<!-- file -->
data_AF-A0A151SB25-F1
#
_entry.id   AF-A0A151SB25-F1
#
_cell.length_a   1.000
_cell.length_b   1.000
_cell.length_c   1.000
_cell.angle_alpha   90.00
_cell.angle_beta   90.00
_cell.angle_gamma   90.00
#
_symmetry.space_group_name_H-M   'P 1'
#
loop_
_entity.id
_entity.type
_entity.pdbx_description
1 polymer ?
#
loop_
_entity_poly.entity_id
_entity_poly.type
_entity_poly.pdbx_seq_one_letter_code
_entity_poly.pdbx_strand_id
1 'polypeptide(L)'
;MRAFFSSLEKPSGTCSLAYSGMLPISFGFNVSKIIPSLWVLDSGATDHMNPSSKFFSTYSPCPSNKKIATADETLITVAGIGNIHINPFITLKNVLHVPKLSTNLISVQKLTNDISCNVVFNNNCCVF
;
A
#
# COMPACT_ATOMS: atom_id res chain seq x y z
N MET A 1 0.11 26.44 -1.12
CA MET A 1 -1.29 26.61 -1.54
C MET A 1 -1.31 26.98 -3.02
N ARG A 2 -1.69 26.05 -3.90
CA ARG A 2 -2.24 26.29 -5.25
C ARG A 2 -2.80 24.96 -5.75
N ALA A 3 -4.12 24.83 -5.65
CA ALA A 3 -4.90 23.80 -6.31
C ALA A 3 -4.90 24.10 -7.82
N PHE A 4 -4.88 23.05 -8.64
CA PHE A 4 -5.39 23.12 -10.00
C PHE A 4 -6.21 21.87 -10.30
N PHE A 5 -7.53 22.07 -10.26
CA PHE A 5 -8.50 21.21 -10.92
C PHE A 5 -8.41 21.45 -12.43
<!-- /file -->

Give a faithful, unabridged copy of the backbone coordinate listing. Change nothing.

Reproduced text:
data_AF-A0A151SB25-F1
#
_entry.id   AF-A0A151SB25-F1
#
_cell.length_a   1.000
_cell.length_b   1.000
_cell.length_c   1.000
_cell.angle_alpha   90.00
_cell.angle_beta   90.00
_cell.angle_gamma   90.00
#
_symmetry.space_group_name_H-M   'P 1'
#
loop_
_entity.id
_entity.type
_entity.pdbx_description
1 polymer ?
#
loop_
_entity_poly.entity_id
_entity_poly.type
_entity_poly.pdbx_seq_one_letter_code
_entity_poly.pdbx_strand_id
1 'polypeptide(L)'
;MRAFFSSLEKPSGTCSLAYSGMLPISFGFNVSKIIPSLWVLDSGATDHMNPSSKFFSTYSPCPSNKKIATADETLITVAGIGNIHINPFITLKNVLHVPKLSTNLISVQKLTNDISCNVVFNNNCCVF
;
A
#
# COMPACT_ATOMS: atom_id res chain seq x y z
N MET A 1 0.11 26.44 -1.12
CA MET A 1 -1.29 26.61 -1.54
C MET A 1 -1.31 26.98 -3.02
N ARG A 2 -1.69 26.05 -3.90
CA ARG A 2 -2.24 26.29 -5.25
C ARG A 2 -2.80 24.96 -5.75
N ALA A 3 -4.12 24.83 -5.65
CA ALA A 3 -4.90 23.80 -6.31
C ALA A 3 -4.90 24.10 -7.82
N PHE A 4 -4.88 23.05 -8.64
CA PHE A 4 -5.39 23.12 -10.00
C PHE A 4 -6.21 21.87 -10.30
N PHE A 5 -7.53 22.07 -10.26
CA PHE A 5 -8.50 21.21 -10.92
C PHE A 5 -8.41 21.45 -12.43